There’s another trend here: the growth of the datacenter as the replacement for the mainframe.

  6. Andrew Ferguson says:

    I strongly second Anderer Gregor’s comment above that the availability of free and open source software is a driving trend. The ability to quickly and cheaply deploy new infrastructure on commodity hardware allows for much faster growth than before.

    I think we shouldn’t forget basic theoretical research as a driving factor. New results and the development of new primitives often open upon new areas of technological growth. For example, the results of public key cryptography were fundamental to the development of secure e-commerce. Or in systems research, the development of overlay networks and DHTs leading to peer-to-peer applications. For more examples, I suppose any of the results honored by the Paris Kanellakis Award would qualify. :-)

    A second driving factor that I think should be included is the growth of targeted medicine through whole and partial genome sequencing. Although that may not be driving technology per se, I would see it as part of the larger goal of many computational biology projects.

  7. Anonymous says:

    Positioning by itself is useful enough, and marrying it to maps/GIS datasets was the obvious first step. But making positioning info available to PDA/smartphone applications provides a significant degree of additional context for those applications to work from. Expect position data to be a critical element in audio lifelogging (imagine a personal eavesdropper) applications.

  8. Andrew Ferguson says:

    Increasing availability of broadband, both wired and wireless.

  9. Lori says:

    I generally consider asymmetric threats as overrated, if by asymmetric threats we mean David vs. Goliath conflicts in which Goliath is the protagonist–as exemplified by the ‘Global Guerrillas’ website, for example.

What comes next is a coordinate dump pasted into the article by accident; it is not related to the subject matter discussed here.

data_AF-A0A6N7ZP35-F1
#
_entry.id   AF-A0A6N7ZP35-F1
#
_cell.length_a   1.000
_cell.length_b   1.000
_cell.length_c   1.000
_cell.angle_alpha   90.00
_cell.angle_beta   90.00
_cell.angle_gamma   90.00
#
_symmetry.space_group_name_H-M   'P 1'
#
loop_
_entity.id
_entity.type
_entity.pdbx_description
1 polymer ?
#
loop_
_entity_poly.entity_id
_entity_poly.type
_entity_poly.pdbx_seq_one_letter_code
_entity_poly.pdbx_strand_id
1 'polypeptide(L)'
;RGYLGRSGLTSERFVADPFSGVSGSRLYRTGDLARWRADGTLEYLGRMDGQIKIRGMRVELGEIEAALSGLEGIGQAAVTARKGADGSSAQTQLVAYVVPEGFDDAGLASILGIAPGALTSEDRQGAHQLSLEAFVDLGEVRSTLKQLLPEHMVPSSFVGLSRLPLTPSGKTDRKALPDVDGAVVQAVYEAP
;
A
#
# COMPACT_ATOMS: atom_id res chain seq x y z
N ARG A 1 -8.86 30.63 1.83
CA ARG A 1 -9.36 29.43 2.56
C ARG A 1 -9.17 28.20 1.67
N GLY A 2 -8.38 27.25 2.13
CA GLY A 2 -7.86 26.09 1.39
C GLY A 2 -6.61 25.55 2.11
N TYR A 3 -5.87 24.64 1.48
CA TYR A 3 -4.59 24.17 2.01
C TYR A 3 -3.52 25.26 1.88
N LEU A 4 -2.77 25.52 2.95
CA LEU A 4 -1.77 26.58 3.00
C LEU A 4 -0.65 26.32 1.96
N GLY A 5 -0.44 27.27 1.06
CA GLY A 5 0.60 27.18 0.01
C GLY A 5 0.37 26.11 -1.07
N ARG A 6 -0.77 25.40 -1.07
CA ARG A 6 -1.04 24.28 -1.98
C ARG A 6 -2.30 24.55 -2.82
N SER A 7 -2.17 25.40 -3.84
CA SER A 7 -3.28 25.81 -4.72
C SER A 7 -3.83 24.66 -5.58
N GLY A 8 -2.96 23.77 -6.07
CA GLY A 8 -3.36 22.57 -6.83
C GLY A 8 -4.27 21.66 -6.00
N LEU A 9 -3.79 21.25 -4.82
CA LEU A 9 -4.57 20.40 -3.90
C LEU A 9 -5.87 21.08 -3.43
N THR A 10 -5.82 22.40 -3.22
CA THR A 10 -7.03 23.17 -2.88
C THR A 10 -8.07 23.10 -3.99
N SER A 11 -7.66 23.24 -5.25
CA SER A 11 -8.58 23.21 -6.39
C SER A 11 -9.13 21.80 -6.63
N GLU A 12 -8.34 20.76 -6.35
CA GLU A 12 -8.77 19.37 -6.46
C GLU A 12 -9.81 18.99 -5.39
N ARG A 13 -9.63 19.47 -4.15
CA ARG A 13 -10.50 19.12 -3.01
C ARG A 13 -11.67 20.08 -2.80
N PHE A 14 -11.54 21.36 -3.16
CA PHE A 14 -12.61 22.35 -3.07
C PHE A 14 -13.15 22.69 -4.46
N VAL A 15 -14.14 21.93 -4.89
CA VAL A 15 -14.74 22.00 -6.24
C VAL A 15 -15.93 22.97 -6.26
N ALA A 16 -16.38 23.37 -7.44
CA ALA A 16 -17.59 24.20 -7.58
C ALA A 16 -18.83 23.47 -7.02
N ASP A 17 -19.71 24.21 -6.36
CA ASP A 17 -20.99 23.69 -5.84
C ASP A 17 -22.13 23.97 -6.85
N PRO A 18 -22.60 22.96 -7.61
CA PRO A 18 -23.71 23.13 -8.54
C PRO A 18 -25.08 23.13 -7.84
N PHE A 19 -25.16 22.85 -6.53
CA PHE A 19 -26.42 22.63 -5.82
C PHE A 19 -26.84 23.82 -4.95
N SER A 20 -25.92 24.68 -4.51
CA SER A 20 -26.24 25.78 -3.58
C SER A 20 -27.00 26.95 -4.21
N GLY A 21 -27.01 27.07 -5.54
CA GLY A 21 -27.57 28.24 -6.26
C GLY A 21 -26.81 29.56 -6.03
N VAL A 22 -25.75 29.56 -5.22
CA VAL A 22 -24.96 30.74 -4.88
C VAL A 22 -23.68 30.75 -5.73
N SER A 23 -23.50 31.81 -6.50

I regard as a real threat the threat of informational asymmetry, exemplified by the ubiquity of ‘webstacles,’ or the tendency of commercial websites to dispense data to consumers one data point at a time (while of course prohibiting deep linking), while the data mining industry receives the raw feed on consumer transactions in bulk. No offense intended to the Taiwanese, but I call it TAIWAN–Total Asymmetric Information Warfare Against Nescients. I propose countermeasures.

  10. Nabeel Yoosuf says:

    There is a huge growth in the availability of and demand for mobile location based services (compared to the traditional location based services). I think the growth is due to the availability of more and more powerful smart phones. Yelp, theFind, SnapTell, Googgles, etc. are some examples. Now these phones increasingly interact with physical objects (For example, old days you had to type everything, now you take a snap using camera and expect the phone to do the rest). I think this will be a huge drive to innovate (in both hardware and software) in order to bridge the gap between the physical and logical worlds (i.e. to provider better user experience).

  11. Damien Miller says:

    I think the emergence of India, China, and other economies is another driver. Apart from providing cheap human labour, it also exerts strong downward pressure on technology items with mass appeal. Cellphones are a defining example.